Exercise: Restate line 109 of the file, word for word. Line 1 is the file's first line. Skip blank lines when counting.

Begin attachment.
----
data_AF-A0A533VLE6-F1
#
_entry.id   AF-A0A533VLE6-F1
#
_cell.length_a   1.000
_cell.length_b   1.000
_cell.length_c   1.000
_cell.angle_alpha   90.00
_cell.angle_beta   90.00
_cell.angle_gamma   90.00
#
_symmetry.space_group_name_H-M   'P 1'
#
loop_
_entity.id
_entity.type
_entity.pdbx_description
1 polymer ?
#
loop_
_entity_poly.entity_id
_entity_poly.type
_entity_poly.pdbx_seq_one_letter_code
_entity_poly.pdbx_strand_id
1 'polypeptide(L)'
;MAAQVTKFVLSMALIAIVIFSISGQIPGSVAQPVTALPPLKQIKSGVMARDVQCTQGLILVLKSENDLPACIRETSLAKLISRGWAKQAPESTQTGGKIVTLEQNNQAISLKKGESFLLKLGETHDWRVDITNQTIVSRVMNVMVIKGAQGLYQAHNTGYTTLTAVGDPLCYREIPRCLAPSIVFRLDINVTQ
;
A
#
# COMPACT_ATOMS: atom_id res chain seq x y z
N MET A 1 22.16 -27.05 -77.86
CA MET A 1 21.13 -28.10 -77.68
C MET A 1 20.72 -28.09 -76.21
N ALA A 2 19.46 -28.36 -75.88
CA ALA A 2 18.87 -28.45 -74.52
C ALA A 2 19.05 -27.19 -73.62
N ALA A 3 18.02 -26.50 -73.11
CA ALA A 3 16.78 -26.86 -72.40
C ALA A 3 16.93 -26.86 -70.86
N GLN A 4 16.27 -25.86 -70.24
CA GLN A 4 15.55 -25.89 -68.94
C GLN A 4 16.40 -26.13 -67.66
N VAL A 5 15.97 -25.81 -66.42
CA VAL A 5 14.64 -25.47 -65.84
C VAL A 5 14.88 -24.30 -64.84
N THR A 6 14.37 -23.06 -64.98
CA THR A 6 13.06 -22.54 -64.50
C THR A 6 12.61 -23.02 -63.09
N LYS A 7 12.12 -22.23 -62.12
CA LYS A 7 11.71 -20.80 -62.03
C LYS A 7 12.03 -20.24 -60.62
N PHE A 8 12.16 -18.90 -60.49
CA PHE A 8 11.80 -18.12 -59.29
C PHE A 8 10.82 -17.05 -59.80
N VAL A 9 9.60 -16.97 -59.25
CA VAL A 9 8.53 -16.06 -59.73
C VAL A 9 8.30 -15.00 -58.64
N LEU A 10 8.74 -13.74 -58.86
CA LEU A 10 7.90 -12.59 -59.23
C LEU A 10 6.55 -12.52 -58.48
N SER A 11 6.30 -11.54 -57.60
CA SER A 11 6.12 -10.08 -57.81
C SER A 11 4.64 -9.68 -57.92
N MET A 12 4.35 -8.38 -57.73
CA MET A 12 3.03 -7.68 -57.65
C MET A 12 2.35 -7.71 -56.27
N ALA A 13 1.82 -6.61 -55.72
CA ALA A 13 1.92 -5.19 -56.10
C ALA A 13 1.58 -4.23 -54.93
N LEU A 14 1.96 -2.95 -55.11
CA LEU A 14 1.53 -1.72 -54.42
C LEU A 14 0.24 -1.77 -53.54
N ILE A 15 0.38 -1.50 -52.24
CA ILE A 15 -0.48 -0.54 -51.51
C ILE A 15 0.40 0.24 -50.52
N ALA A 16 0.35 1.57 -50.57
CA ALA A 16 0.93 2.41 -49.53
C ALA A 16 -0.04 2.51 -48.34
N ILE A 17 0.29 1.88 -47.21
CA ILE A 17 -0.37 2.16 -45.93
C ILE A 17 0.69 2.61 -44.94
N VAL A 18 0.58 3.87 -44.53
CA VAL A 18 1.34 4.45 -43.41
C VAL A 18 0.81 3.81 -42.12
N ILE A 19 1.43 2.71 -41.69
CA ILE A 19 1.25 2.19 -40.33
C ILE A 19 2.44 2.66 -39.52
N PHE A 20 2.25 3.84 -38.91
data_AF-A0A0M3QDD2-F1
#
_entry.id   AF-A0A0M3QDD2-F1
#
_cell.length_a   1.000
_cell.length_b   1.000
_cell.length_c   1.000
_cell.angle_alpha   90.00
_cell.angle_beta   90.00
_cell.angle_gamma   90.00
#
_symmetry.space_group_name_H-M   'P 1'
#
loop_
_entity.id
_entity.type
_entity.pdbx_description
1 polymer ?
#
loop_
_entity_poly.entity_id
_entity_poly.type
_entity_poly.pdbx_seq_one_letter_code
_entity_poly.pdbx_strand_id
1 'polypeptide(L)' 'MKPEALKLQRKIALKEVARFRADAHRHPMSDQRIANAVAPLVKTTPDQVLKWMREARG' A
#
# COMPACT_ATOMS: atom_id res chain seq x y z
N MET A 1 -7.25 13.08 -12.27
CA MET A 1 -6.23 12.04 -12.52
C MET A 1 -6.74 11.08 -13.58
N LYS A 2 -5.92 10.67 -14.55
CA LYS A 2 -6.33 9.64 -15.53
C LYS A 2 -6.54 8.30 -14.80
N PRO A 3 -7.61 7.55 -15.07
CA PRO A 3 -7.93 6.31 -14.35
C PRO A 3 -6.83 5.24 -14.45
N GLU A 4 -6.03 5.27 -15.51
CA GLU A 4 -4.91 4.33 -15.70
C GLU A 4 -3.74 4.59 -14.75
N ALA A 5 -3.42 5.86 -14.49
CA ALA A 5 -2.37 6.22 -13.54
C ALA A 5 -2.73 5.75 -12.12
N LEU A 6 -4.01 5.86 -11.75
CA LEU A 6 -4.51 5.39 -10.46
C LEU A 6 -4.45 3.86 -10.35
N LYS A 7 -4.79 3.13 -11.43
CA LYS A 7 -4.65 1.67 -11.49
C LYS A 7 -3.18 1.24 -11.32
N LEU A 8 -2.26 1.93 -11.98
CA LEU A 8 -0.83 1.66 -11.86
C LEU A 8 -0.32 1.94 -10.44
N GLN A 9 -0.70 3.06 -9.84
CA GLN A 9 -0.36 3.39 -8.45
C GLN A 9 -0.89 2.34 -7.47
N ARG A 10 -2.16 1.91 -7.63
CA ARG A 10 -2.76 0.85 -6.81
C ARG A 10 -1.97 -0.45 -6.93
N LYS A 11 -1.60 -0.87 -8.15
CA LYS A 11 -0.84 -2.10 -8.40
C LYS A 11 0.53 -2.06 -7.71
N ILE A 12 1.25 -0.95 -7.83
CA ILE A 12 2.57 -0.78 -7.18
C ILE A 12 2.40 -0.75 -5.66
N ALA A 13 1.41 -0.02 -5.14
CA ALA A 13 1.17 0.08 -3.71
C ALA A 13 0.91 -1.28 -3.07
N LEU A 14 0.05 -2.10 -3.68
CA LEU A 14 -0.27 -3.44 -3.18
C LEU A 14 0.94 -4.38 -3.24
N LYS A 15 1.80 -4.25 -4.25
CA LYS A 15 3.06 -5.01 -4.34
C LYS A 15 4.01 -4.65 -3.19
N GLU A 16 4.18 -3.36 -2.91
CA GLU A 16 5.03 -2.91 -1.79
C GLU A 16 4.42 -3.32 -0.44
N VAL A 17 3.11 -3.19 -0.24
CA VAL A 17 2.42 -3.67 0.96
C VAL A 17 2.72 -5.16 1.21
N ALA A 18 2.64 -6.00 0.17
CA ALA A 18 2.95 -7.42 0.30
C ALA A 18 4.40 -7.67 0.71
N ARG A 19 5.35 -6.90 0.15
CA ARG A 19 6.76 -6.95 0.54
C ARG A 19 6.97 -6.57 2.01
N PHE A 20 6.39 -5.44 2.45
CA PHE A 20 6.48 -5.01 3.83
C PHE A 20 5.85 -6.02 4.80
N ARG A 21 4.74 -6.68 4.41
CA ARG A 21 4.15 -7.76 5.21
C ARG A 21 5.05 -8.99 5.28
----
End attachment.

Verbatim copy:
_entity_poly.entity_id